Regarding your current bike I would recommend adding an angled or adjustable stem and perhaps a steer tube extender to give you more of an upright seating position. Keep in mind if you do that you will probably need a different saddle to provide more support and possibly some suspension as all your weight will be moved backwards.

Regarding ebike service, most ebikes are modular so most repairs consist of swapping a part rather than really digging into the electronics as most people think. At least the good ones work in that way and frankly that's all we sell, partly for that purpose. Most things you might need overtime could be handled by a traditional bike shop, provided they don't have some stigma against electric bikes. Most traditional bike shops are more experienced at that sort of stuff anyway. I would reach out to your local shops and see how they feel about servicing your bike, many will be cool with it, but some may not. Even though the bikes don't require much assembly we generally recommend they get assembled at a bike shop just to make sure everything is operating optimally.

The Street would fit you best, but the Pedego 26" City Commuter could fit as well. The saddle on the Pedego can't go as low because of the rear rack. Feel free to reach out if I can help further.
 

PowerMe

Well-Known Member
Thanks again, Chris! Your responses are very helpful, not only for me but for everyone who reads this thread.

{I ordered a MTB riser handlebar replacement for my existing Hybrid bike, that will bring up the height by 3 inches and also give me some sweepback. I may end up with an adjustable stem as well, we'll see. My current seat is very comfy but that too may need to change. Getting old really sucks, but the alternative isn't good either. ;-) }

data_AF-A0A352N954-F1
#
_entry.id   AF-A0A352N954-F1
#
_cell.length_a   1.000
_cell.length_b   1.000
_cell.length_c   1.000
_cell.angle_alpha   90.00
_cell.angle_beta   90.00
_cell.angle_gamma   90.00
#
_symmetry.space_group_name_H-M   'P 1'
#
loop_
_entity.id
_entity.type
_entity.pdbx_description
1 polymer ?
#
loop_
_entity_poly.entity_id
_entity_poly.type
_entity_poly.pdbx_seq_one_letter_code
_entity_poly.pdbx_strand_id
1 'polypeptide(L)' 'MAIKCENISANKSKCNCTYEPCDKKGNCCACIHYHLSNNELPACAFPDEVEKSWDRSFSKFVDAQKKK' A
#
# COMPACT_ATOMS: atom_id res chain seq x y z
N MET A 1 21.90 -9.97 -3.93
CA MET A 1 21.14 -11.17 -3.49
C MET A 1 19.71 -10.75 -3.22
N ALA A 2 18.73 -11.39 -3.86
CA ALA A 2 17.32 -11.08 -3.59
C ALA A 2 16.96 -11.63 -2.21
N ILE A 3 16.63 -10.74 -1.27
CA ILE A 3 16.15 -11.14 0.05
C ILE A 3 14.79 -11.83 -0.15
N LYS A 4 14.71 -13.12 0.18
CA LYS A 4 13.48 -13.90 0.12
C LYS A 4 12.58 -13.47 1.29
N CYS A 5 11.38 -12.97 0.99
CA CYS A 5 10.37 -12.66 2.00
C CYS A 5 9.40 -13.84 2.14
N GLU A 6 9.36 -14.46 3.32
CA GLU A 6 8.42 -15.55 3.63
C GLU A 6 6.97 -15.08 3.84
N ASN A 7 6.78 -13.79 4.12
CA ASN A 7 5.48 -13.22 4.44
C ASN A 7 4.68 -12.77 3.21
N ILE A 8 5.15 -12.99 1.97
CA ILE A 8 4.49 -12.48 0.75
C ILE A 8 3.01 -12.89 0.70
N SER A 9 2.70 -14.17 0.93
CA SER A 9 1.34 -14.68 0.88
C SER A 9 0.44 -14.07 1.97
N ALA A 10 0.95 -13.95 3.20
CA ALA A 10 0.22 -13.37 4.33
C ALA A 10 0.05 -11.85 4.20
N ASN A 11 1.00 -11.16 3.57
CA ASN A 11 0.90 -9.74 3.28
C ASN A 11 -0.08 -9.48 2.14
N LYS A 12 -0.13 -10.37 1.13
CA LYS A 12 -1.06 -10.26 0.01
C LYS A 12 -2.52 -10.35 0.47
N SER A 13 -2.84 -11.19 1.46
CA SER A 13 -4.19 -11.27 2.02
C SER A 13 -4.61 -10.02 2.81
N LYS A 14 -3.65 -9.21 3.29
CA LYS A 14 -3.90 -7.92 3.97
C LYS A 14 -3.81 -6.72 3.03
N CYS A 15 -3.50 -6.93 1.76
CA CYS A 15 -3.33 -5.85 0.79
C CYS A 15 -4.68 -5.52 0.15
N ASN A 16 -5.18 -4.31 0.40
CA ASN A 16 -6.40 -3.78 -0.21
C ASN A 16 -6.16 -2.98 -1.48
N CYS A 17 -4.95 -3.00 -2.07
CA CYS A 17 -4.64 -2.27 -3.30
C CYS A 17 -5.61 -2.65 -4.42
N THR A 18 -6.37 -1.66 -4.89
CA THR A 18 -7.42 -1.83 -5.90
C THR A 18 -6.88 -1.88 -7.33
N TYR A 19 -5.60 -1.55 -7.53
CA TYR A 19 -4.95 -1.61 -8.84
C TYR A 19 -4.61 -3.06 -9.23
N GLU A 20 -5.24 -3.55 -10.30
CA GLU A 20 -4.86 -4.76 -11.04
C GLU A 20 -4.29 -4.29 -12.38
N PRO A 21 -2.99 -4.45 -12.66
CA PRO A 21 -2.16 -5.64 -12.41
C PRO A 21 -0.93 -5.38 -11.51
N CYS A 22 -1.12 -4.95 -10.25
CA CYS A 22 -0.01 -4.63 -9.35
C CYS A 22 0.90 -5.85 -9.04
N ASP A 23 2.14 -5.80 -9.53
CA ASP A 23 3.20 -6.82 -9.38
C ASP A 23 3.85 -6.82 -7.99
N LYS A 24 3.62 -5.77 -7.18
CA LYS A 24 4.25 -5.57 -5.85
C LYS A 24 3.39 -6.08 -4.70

Good info on the modular aspect of eBikes. My Specialized LBS guys actually cringed when I mentioned an eBike was in my future (perhaps they forget they sell their own Specialized Turbo eBike?), so I know they won't do anything for any bike I purchase that isn't one of theirs. The good news is there are other local bike shops in my area as well as independent folks who can work on bikes, so for things like wheel or tire replacement, truing, and other basic bike maintenance things I'm sure I can find assistance somewhere.

The only issue remaining is warranty-covered work, with no local resource that is an authorized service center for Easy Motion. If Easy Motion really wants to capture better marketshare in the U.S., they need to have a program where people who purchase one of their bikes who live more than 90 min from an authorized dealer can be partnered with a local bikeshop to do warranty work, rather than have to ship the ebike somewhere or otherwise take a long roadtrip to get the ebike in for service. This is really a big deal because if there's one thing that is certain, it's that all bikes need service from time-to-time. I'm not mechanically-inclined beyond the very basics of following some simple directions, and have zero interest in becoming a bike mechanic. Just like I don't work on my car, I don't want to have to work on my bike either, other than put air in the tires or add a couple accessories. (Yes I know it saves money to learn to do basic repairs on one's own bike).
 

Chris Nolte

Well-Known Member
Thanks again, Chris! Your responses are very helpful, not only for me but for everyone who reads this thread.

{I ordered a MTB riser handlebar replacement for my existing Hybrid bike, that will bring up the height by 3 inches and also give me some sweepback. I may end up with an adjustable stem as well, we'll see. My current seat is very comfy but that too may need to change. Getting old really sucks, but the alternative isn't good either. ;-) }

Good info on the modular aspect of eBikes. My Specialized LBS guys actually cringed when I mentioned an eBike was in my future (perhaps they forget they sell their own Specialized Turbo eBike?), so I know they won't do anything for any bike I purchase that isn't one of theirs. The good news is there are other local bike shops in my area as well as independent folks who can work on bikes, so for things like wheel or tire replacement, truing, and other basic bike maintenance things I'm sure I can find assistance somewhere.